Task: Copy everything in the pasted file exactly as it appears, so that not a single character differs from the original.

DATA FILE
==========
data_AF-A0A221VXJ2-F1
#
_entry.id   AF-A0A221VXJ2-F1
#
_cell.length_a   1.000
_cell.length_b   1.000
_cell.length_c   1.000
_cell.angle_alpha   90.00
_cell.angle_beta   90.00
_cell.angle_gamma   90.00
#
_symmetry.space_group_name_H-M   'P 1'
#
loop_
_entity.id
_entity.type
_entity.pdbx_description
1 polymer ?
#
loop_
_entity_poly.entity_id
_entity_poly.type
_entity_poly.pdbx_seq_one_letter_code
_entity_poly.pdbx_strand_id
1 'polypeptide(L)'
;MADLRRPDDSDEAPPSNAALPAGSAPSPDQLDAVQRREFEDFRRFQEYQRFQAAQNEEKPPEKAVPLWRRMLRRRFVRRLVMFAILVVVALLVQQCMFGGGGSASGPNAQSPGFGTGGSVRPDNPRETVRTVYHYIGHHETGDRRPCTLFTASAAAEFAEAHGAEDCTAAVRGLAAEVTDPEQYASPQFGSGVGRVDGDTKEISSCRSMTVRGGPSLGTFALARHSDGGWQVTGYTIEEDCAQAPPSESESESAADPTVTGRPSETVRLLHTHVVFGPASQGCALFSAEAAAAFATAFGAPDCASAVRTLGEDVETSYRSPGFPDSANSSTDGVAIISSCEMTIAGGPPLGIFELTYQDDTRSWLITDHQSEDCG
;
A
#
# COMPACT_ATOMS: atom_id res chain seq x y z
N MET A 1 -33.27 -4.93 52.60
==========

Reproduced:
data_AF-A0A221VXJ2-F1
#
_entry.id   AF-A0A221VXJ2-F1
#
_cell.length_a   1.000
_cell.length_b   1.000
_cell.length_c   1.000
_cell.angle_alpha   90.00
_cell.angle_beta   90.00
_cell.angle_gamma   90.00
#
_symmetry.space_group_name_H-M   'P 1'
#
loop_
_entity.id
_entity.type
_entity.pdbx_description
1 polymer ?
#
loop_
_entity_poly.entity_id
_entity_poly.type
_entity_poly.pdbx_seq_one_letter_code
_entity_poly.pdbx_strand_id
1 'polypeptide(L)'
;MADLRRPDDSDEAPPSNAALPAGSAPSPDQLDAVQRREFEDFRRFQEYQRFQAAQNEEKPPEKAVPLWRRMLRRRFVRRLVMFAILVVVALLVQQCMFGGGGSASGPNAQSPGFGTGGSVRPDNPRETVRTVYHYIGHHETGDRRPCTLFTASAAAEFAEAHGAEDCTAAVRGLAAEVTDPEQYASPQFGSGVGRVDGDTKEISSCRSMTVRGGPSLGTFALARHSDGGWQVTGYTIEEDCAQAPPSESESESAADPTVTGRPSETVRLLHTHVVFGPASQGCALFSAEAAAAFATAFGAPDCASAVRTLGEDVETSYRSPGFPDSANSSTDGVAIISSCEMTIAGGPPLGIFELTYQDDTRSWLITDHQSEDCG
;
A
#
# COMPACT_ATOMS: atom_id res chain seq x y z
N MET A 1 -33.27 -4.93 52.60